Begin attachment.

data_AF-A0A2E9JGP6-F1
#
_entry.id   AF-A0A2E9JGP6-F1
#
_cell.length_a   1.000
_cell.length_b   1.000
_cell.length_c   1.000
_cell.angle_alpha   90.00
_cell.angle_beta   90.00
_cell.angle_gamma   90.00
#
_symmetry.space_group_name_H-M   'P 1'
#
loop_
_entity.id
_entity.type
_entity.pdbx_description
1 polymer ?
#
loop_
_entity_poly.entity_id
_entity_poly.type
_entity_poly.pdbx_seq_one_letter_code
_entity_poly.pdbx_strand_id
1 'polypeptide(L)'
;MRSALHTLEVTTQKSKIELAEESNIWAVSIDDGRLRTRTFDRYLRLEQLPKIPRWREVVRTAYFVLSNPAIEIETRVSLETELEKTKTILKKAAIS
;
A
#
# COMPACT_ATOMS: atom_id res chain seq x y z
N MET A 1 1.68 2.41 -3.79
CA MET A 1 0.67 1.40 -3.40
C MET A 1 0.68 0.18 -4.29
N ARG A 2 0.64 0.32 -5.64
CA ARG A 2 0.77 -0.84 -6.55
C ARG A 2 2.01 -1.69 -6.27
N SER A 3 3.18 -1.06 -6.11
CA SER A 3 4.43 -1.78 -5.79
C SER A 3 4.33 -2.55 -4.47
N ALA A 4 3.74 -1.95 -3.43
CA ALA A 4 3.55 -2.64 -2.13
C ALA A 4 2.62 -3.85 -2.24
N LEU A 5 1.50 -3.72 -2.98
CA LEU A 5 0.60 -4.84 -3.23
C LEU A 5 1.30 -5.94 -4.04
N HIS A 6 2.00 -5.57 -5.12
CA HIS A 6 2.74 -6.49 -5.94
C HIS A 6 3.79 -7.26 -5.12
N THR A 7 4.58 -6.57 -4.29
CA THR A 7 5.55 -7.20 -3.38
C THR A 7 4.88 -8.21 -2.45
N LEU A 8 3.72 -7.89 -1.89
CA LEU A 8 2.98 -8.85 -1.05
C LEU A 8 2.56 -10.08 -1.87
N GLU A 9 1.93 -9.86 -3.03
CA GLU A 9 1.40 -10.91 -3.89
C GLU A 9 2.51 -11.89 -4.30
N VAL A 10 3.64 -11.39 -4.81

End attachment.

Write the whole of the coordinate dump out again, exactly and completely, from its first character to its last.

data_AF-A0A2E9JGP6-F1
#
_entry.id   AF-A0A2E9JGP6-F1
#
_cell.length_a   1.000
_cell.length_b   1.000
_cell.length_c   1.000
_cell.angle_alpha   90.00
_cell.angle_beta   90.00
_cell.angle_gamma   90.00
#
_symmetry.space_group_name_H-M   'P 1'
#
loop_
_entity.id
_entity.type
_entity.pdbx_description
1 polymer ?
#
loop_
_entity_poly.entity_id
_entity_poly.type
_entity_poly.pdbx_seq_one_letter_code
_entity_poly.pdbx_strand_id
1 'polypeptide(L)'
;MRSALHTLEVTTQKSKIELAEESNIWAVSIDDGRLRTRTFDRYLRLEQLPKIPRWREVVRTAYFVLSNPAIEIETRVSLETELEKTKTILKKAAIS
;
A
#
# COMPACT_ATOMS: atom_id res chain seq x y z
N MET A 1 1.68 2.41 -3.79
CA MET A 1 0.67 1.40 -3.40
C MET A 1 0.68 0.18 -4.29
N ARG A 2 0.64 0.32 -5.64
CA ARG A 2 0.77 -0.84 -6.55
C ARG A 2 2.01 -1.69 -6.27
N SER A 3 3.18 -1.06 -6.11
CA SER A 3 4.43 -1.78 -5.79
C SER A 3 4.33 -2.55 -4.47
N ALA A 4 3.74 -1.95 -3.43
CA ALA A 4 3.55 -2.64 -2.13
C ALA A 4 2.62 -3.85 -2.24
N LEU A 5 1.50 -3.72 -2.98
CA LEU A 5 0.60 -4.84 -3.23
C LEU A 5 1.30 -5.94 -4.04
N HIS A 6 2.00 -5.57 -5.12
CA HIS A 6 2.74 -6.49 -5.94
C HIS A 6 3.79 -7.26 -5.12
N THR A 7 4.58 -6.57 -4.29
CA THR A 7 5.55 -7.20 -3.38
C THR A 7 4.88 -8.21 -2.45
N LEU A 8 3.72 -7.89 -1.89
CA LEU A 8 2.98 -8.85 -1.05
C LEU A 8 2.56 -10.08 -1.87
N GLU A 9 1.93 -9.86 -3.03
CA GLU A 9 1.40 -10.91 -3.89
C GLU A 9 2.51 -11.89 -4.30
N VAL A 10 3.64 -11.39 -4.81